Integration Testing

Integration testing is carried out after unit testing and before integration testing when individual software units/module are combined and tested as a group. The purpose of an integration test is to expose the issues/bug that appears after the integration of separate modules. It can use any method white box, black box, and gray box testing method. It is performed by either developer themselves or by the individual tester.There are various approaches that are followed for integration test:-

Top Down Integration Test

In this approach, top level units are tested first and lower level of units are tested step by step after that. This approach is opted when top down development approach is followed. Test stubs are needed to simulate lower level units which are not developed during the initial phase of development, especially when interaction with the external environment is needed. Thus these stubs act as a temporary replacement for those modules that will be completed in future. For example, in below diagram, we know that upper modules 1,2,3 are available for integration test while below modules are still under development and thus are replaced by stubs for testing.

top_down_testingThe Top-down approach provides a consistency because integration is performed in an environment which is almost equivalent to reality But the drawback with this is that stubs sometimes are more complex to write than they seem to be and basic functionality is tested at the end of the cycle.

Bottom Up Integration test

In this approach testing flows from bottom to top, thus smaller unit integration are tested first. This approach is an option when development is done from Bottom to up. Drivers programs are created to simulate the main module. Thus these driver programs act as a replacement for the main module if they are not developed.
bottom_up_testing

In this approach development and testing can be done together so that product will be efficient as per customer requirement but in this driver, the module must be produced and the program as an entity does not exist until the last module is developed.

Stubs and Drivers

Stubs and Drivers are two types of test harness i.e, they are the collection of software and test data which is configured so that we can test a program unit by simulating the different set of conditions while monitoring the behavior and outputs. They both are dummy modules which are just created for test purpose.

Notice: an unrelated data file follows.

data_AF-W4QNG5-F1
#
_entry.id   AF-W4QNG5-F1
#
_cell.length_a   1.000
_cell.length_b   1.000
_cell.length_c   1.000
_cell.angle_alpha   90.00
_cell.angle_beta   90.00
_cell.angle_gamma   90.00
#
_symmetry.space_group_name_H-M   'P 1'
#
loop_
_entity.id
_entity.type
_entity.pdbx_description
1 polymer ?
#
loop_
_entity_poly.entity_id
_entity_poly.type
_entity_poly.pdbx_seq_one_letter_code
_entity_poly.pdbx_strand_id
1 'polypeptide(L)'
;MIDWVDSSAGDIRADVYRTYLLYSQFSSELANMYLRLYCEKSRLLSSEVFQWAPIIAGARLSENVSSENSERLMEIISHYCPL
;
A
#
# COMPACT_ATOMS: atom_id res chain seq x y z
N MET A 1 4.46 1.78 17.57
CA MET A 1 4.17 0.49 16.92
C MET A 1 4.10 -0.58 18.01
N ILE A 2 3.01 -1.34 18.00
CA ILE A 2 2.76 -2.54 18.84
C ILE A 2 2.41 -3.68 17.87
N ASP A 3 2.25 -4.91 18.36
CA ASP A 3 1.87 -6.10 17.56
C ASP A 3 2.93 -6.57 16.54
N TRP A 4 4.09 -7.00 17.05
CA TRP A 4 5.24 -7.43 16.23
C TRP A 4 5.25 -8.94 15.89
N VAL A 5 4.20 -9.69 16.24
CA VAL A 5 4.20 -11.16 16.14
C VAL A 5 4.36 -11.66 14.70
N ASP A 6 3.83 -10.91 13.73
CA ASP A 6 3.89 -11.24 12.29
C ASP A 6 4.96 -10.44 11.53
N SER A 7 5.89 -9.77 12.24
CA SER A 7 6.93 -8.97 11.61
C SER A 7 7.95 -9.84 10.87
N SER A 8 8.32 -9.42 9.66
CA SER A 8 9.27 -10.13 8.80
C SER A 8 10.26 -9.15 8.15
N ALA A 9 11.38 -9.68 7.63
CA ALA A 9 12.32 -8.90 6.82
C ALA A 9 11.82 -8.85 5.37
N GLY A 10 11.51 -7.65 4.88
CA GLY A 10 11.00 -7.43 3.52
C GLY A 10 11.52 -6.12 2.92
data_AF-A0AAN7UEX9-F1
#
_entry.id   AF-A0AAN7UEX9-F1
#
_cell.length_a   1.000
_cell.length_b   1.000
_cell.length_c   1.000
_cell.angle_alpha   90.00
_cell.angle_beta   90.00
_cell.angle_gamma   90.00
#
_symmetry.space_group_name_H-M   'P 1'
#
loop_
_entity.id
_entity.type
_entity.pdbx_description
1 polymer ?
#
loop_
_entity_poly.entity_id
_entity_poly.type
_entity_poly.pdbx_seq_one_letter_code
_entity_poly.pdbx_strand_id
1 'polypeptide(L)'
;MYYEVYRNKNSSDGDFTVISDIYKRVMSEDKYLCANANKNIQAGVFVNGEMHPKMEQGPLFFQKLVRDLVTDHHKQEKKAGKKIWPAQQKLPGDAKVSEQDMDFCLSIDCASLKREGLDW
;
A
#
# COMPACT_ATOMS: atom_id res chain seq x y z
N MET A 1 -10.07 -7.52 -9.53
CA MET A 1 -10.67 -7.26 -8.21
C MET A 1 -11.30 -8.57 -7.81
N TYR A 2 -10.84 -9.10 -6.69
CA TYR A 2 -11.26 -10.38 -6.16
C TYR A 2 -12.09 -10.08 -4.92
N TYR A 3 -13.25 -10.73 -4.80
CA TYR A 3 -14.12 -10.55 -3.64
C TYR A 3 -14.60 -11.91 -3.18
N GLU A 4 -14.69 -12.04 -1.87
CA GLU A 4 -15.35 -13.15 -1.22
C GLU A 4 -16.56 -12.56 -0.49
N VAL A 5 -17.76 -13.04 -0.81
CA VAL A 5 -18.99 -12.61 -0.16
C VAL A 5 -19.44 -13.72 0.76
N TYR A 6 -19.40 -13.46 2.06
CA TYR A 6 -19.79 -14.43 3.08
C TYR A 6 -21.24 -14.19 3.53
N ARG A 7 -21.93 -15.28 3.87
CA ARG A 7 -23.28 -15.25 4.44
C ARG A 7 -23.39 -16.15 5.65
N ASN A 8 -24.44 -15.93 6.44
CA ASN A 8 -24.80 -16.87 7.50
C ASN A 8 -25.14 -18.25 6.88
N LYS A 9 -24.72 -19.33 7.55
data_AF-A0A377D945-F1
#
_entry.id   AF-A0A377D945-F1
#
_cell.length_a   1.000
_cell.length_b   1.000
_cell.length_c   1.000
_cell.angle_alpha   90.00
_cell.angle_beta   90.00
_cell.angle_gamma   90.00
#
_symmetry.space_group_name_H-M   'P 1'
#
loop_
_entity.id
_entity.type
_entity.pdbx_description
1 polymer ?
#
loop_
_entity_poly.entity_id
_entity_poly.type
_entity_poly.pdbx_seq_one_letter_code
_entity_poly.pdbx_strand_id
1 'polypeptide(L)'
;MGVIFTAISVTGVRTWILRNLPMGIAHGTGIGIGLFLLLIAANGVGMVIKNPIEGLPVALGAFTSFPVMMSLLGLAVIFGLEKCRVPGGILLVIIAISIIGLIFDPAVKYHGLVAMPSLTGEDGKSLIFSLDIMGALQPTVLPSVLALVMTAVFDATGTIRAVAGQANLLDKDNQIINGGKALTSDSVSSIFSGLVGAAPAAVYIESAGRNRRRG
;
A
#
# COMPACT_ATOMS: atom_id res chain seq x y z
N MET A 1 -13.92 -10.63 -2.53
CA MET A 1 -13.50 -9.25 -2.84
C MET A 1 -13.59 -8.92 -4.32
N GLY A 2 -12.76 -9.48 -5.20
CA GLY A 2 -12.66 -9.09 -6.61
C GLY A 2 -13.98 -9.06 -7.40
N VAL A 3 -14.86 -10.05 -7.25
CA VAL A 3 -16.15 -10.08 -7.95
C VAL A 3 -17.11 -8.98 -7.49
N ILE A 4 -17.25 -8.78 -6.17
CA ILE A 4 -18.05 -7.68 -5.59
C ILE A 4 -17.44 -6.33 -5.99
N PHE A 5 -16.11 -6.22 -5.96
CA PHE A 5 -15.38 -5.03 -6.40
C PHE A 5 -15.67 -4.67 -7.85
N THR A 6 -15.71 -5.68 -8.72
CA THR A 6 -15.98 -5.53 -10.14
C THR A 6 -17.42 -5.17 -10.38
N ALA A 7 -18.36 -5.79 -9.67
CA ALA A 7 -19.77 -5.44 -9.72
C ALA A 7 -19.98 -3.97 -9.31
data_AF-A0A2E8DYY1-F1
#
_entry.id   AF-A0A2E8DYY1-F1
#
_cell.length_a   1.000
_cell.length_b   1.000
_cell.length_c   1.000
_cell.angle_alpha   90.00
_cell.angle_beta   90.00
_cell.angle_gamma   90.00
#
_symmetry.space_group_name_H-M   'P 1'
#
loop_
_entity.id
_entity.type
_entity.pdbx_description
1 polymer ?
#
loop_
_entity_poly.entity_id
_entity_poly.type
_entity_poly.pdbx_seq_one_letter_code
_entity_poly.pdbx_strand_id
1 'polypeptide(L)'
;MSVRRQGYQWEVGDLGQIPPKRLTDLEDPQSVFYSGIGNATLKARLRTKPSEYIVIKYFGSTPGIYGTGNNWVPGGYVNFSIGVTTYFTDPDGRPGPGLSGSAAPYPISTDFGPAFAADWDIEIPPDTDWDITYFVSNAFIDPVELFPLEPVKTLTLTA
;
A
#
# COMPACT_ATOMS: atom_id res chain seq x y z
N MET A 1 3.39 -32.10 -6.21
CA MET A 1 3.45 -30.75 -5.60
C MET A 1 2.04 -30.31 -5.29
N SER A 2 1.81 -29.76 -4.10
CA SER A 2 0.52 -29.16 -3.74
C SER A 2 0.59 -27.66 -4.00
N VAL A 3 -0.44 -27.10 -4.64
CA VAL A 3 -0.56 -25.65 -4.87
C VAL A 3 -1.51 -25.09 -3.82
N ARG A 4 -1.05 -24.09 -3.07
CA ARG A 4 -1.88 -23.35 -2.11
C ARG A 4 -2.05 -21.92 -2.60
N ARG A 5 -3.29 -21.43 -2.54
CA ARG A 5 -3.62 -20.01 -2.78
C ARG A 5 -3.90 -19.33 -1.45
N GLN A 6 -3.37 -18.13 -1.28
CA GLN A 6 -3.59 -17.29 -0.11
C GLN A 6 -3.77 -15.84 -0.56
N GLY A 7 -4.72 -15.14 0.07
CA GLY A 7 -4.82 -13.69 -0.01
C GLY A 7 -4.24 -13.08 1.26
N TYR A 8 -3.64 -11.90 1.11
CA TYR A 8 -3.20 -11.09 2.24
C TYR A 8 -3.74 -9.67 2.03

Why do we have stubs?

Suppose we have a function
Function A:– Calculates the total marks obtained by a student in an academic year and its derive its value from another Function B.
Function B:– Calculates the marks obtained in a particular subject.

Now you have finished working on Function A and wants to test it. But the problem you will face is that you cannot test Function A until you have inputs from Function B. And Function B is still under development.
In this scenario, you have to create a dummy function to replace Function B to test your function. This dummy function gets called by another function. Such a dummy is called a Stub. Also, you can see that since Function A is dependent on function B and Function A is developed earlier, which means we are following top-down testing approach. So in a simple language stubs are “called” programs, which are called in to test the major module’s functionality.
To understand why we need a driver, suppose we are finished with Function B and is waiting for Function A to be developed. In this case, we will create a dummy to call the Function B. This dummy is called the driver. Drivers are thus the ones, which are the “calling” programs. Drivers are used in bottom-up testing approach. Drivers are dummy code, which is used when the sub-modules are ready but the main module is still not ready.

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